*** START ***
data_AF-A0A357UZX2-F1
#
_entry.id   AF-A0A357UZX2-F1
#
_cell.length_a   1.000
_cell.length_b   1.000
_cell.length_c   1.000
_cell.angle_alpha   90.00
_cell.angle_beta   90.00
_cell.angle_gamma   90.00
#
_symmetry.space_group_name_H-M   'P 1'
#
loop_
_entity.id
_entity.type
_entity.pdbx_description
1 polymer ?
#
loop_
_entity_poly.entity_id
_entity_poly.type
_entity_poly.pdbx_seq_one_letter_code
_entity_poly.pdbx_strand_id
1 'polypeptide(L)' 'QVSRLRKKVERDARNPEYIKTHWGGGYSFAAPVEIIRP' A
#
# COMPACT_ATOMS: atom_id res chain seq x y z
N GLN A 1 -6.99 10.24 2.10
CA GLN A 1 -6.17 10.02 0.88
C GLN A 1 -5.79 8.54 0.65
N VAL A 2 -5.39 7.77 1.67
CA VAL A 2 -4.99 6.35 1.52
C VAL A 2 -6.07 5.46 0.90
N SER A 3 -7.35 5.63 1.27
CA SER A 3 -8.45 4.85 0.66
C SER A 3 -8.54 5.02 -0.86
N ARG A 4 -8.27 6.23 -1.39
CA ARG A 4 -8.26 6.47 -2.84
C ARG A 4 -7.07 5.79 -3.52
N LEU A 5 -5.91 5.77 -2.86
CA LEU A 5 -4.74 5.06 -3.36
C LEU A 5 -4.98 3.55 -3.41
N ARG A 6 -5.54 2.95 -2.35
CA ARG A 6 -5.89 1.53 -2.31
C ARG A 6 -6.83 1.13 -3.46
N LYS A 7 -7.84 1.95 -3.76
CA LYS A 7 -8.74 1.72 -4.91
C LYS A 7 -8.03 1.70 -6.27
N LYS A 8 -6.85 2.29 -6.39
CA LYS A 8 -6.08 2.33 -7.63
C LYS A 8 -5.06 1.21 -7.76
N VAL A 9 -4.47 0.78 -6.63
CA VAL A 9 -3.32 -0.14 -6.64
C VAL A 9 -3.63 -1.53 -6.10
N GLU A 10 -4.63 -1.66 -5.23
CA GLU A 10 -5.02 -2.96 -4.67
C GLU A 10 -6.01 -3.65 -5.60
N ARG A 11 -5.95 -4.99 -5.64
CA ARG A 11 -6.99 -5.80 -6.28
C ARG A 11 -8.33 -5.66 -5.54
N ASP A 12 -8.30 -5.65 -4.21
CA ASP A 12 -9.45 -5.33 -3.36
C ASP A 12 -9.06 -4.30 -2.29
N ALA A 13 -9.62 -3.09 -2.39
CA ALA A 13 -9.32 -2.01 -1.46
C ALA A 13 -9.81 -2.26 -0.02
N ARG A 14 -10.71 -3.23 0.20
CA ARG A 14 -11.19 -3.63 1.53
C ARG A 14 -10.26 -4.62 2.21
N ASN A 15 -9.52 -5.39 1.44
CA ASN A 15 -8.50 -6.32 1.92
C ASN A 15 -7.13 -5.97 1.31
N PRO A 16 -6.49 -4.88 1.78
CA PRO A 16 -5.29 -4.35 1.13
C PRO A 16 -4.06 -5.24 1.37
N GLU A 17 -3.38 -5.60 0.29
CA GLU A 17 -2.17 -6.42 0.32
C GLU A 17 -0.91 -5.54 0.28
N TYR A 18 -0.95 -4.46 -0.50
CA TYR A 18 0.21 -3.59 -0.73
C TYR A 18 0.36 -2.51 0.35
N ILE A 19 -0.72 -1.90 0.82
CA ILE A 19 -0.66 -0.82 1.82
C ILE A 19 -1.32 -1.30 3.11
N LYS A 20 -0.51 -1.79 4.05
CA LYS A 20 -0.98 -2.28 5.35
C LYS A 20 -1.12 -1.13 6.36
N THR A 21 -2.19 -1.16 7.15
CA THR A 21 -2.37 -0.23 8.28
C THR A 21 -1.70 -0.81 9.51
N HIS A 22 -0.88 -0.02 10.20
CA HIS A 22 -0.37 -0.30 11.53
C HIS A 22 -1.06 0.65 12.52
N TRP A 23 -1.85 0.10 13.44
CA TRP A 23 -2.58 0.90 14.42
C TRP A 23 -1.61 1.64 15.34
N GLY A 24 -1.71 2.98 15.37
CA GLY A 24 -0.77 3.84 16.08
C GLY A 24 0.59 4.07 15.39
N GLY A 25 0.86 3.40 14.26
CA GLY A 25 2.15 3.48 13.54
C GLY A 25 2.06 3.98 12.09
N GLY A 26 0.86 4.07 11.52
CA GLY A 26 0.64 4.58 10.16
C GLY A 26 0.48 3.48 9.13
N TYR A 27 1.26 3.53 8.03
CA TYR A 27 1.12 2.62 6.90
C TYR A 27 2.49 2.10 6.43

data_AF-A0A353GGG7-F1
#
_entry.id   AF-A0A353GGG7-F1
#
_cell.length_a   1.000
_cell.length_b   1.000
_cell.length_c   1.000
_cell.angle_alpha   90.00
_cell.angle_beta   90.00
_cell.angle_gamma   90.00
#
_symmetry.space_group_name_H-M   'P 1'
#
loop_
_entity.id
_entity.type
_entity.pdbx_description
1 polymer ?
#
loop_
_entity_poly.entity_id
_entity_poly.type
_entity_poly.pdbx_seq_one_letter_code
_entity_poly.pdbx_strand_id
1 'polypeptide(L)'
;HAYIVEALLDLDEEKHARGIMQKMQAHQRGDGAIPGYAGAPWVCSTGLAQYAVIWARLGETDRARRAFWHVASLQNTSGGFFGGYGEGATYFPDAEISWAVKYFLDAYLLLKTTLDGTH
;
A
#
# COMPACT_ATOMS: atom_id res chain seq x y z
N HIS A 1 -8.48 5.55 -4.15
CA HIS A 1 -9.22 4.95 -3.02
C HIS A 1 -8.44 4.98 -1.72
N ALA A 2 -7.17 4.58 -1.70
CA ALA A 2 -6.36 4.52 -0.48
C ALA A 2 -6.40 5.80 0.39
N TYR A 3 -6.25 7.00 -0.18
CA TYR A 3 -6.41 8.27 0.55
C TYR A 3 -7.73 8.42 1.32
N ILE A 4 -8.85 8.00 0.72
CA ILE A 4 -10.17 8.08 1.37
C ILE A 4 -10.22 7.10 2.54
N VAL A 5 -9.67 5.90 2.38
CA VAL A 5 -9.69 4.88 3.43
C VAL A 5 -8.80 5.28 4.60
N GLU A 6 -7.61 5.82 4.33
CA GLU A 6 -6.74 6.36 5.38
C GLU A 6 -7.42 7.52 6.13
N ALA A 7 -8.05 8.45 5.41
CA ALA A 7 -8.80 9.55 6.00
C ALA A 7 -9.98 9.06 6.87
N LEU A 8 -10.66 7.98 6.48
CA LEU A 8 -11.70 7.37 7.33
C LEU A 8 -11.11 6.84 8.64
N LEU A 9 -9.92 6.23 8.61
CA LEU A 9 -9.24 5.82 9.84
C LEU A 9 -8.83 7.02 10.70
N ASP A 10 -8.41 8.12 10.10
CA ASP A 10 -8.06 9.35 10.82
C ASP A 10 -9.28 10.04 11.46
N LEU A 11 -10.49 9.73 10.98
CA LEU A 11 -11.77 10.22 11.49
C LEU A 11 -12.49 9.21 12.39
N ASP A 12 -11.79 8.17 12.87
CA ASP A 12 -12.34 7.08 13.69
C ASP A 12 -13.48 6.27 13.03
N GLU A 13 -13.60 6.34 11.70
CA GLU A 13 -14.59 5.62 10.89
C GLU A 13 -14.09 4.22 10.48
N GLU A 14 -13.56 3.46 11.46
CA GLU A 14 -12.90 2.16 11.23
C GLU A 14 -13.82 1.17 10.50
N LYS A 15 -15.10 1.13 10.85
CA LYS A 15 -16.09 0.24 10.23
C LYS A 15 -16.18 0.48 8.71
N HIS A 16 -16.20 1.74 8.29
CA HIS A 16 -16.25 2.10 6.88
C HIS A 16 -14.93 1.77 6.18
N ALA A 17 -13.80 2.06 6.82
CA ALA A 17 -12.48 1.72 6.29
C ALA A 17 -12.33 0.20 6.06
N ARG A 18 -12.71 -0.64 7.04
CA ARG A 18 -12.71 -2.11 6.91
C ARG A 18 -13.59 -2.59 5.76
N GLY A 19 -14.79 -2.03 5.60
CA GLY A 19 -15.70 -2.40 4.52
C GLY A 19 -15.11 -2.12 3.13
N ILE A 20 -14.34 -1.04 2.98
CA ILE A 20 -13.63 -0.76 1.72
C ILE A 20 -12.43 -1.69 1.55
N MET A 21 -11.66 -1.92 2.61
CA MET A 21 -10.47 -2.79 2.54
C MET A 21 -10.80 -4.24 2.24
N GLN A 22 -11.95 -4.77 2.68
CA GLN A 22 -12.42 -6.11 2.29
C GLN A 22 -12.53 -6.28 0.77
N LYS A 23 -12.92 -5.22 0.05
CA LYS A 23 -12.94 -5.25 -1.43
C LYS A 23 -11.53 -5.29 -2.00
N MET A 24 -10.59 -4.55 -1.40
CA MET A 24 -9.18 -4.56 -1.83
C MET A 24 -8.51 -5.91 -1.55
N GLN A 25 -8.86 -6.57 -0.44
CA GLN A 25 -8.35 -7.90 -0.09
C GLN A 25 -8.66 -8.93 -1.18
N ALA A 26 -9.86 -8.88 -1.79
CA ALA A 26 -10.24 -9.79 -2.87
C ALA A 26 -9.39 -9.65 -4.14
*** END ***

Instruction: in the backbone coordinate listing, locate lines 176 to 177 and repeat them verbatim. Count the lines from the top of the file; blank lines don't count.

CA GLU A 13 -14.59 5.62 10.89
C GLU A 13 -14.09 4.22 10.48